Strategic Advantage: Pentagon Seeks to Rapidly Build Up Information-Warfare Force

Foreign Affairs

Washington: In a new revelation of Pentagon strategy, it has been found that the US military lacks the ability to quickly deploy personnel that can fend off malevolent actors trying to shape public opinion and must act now to build up such “information forces.”

Conquering the information ecosystem from social-media chatter to government propaganda is increasingly important as mis- and disinformation proliferate and world powers including China and Russia try to influence foreign affairs from afar.

The Defence Department must “build a process to rapidly deploy teams of information forces, including the reserve force,” and foster a related workforce comprising military and civilian experts, according to the 2023 Strategy for Operations in the Information Environment. Improved recruiting, training and career paths are needed for the effort, the strategy said.

The congressionally mandated document was made public November 17, months after internal publication. Information warfare represents a persuasive brew of public outreach, offensive and defensive electronic capabilities, and cyber operations; it combines data awareness and manipulation to gain an advantage before, during and after major events.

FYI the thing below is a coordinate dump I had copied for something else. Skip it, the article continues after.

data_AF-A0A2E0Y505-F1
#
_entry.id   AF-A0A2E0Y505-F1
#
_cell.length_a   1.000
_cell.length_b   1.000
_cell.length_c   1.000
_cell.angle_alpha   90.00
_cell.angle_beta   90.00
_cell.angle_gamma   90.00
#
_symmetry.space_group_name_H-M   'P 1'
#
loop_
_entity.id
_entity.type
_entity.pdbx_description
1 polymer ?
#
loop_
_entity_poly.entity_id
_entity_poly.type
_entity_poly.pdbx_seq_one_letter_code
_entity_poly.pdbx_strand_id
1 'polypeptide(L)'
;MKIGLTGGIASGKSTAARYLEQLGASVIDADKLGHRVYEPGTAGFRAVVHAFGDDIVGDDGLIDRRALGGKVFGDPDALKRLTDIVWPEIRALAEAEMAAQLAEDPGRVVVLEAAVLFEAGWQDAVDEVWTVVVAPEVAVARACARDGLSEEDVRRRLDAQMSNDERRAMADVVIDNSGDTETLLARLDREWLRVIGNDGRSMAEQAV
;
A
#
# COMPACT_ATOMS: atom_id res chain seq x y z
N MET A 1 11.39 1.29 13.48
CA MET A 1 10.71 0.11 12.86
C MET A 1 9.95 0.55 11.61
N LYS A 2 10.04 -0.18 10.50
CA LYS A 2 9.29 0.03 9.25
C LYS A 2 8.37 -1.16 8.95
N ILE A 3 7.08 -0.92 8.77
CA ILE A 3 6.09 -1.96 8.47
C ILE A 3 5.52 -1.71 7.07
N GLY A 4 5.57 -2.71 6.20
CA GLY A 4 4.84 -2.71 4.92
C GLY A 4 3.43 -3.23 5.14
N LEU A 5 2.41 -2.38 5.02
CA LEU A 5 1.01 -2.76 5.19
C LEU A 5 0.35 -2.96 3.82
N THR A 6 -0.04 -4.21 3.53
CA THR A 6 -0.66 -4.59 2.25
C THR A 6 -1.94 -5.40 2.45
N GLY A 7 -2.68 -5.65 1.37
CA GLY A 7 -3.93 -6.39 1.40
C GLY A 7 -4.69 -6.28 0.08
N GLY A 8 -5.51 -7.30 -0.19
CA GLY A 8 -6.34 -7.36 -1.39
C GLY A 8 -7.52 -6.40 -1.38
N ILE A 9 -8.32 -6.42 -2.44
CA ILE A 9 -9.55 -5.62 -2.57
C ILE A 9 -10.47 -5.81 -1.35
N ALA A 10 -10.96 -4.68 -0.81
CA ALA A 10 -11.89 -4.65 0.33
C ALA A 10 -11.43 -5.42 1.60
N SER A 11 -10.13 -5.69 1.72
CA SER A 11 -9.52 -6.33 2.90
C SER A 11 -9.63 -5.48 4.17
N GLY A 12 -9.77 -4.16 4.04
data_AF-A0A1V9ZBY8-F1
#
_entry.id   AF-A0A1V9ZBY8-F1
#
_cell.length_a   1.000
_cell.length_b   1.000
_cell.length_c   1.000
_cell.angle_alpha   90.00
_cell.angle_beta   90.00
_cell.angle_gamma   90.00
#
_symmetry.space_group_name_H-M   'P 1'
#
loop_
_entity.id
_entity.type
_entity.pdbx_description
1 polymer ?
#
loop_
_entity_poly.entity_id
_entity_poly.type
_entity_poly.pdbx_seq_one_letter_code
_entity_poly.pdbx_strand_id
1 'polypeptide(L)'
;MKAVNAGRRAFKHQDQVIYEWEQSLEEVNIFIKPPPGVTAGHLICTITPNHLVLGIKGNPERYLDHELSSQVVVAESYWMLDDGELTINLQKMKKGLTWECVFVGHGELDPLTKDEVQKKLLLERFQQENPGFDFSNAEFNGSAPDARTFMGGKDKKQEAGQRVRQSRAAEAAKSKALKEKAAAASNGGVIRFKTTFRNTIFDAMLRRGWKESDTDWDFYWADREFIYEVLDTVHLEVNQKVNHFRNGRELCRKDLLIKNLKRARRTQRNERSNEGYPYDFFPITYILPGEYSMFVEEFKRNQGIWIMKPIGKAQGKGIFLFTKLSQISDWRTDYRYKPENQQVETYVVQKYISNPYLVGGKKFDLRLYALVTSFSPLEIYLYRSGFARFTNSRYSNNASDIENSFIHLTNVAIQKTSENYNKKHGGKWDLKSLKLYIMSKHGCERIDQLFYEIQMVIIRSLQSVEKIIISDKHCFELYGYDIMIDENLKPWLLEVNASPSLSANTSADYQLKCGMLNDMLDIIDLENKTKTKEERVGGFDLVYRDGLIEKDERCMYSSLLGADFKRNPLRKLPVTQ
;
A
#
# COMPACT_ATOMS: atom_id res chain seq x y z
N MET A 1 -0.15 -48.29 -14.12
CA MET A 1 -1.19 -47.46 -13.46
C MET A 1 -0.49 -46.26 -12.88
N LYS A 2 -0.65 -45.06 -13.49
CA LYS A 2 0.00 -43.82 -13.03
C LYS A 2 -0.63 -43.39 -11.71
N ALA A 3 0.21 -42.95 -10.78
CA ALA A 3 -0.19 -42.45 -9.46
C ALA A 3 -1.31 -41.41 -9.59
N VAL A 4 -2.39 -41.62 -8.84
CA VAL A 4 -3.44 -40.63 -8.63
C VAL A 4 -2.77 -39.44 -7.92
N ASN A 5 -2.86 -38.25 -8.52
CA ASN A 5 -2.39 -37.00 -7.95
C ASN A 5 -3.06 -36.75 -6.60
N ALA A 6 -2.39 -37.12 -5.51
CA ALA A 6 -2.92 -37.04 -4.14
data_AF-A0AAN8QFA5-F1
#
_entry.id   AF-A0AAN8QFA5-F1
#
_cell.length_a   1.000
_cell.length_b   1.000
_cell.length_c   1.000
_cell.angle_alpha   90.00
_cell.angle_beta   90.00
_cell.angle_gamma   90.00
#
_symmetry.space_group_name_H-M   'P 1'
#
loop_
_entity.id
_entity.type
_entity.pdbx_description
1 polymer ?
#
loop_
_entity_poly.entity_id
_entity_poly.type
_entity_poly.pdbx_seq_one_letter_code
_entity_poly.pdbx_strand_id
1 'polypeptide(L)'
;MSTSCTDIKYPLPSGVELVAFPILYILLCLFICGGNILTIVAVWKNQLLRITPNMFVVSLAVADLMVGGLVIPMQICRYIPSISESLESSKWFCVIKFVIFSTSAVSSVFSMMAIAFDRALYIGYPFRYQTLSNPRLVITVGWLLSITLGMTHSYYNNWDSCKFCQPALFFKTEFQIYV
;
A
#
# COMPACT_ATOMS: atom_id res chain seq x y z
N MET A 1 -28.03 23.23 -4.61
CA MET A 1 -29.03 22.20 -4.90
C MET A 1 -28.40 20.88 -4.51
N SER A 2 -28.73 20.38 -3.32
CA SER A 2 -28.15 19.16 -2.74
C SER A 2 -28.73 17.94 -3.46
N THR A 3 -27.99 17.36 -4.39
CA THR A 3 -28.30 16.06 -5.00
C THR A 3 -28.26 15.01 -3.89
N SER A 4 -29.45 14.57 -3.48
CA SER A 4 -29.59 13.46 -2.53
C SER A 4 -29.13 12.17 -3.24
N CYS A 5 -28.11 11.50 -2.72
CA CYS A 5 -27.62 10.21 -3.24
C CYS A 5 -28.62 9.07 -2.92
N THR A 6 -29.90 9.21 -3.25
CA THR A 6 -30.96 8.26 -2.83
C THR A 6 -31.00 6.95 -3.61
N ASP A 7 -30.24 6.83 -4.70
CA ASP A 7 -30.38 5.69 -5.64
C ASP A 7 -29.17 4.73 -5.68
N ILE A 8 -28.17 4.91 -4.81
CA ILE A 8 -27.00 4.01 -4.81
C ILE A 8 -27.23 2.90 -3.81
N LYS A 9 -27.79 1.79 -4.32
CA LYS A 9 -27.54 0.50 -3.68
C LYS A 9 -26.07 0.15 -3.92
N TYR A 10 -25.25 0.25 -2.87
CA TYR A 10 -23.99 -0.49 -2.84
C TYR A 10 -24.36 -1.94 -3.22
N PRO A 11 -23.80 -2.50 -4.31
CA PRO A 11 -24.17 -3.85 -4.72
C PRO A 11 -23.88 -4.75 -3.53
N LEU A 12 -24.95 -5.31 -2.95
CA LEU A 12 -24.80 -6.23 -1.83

“As this strategy makes clear, our ability to gain and sustain information advantages at the times and places of our choosing are critical to successful operations in the information space,” Defence Secretary Lloyd Austin wrote in the introduction. “Make no mistake: America’s competitors and enemies are moving quickly in the information environment, hoping to offset our enduring strategic advantages elsewhere.”

Emerging technologies play a critical role in both waging and foiling influence campaigns, according to the strategy. Generative artificial intelligence, capable of imitating human interaction, can fuel spam, phishing attempts and impersonation, while automation can flood Facebook or X, formerly Twitter, with misleading and provoking posts. US officials have repeatedly warned of the former. The latter has been seen in the Russia-Ukraine and Israel-Hamas wars.

Air Force Lt Gen Kevin Kennedy, the commander of the information warfare-focused 16th Air Force, at an event earlier this month said the discipline dominates international competition and shapes the fighting that can follow.

“It’s the essential enabler, as we’re looking to gain information and decision advantage,” Kennedy said at a Mitchell Institute event. “We’re employing forces across domains to make sure that we’re ready to seize the initiative in the information domain, and, through our information warfare capabilities, to prevail in conflict and set the conditions for peace, after the conflict, as we’re moving forward.”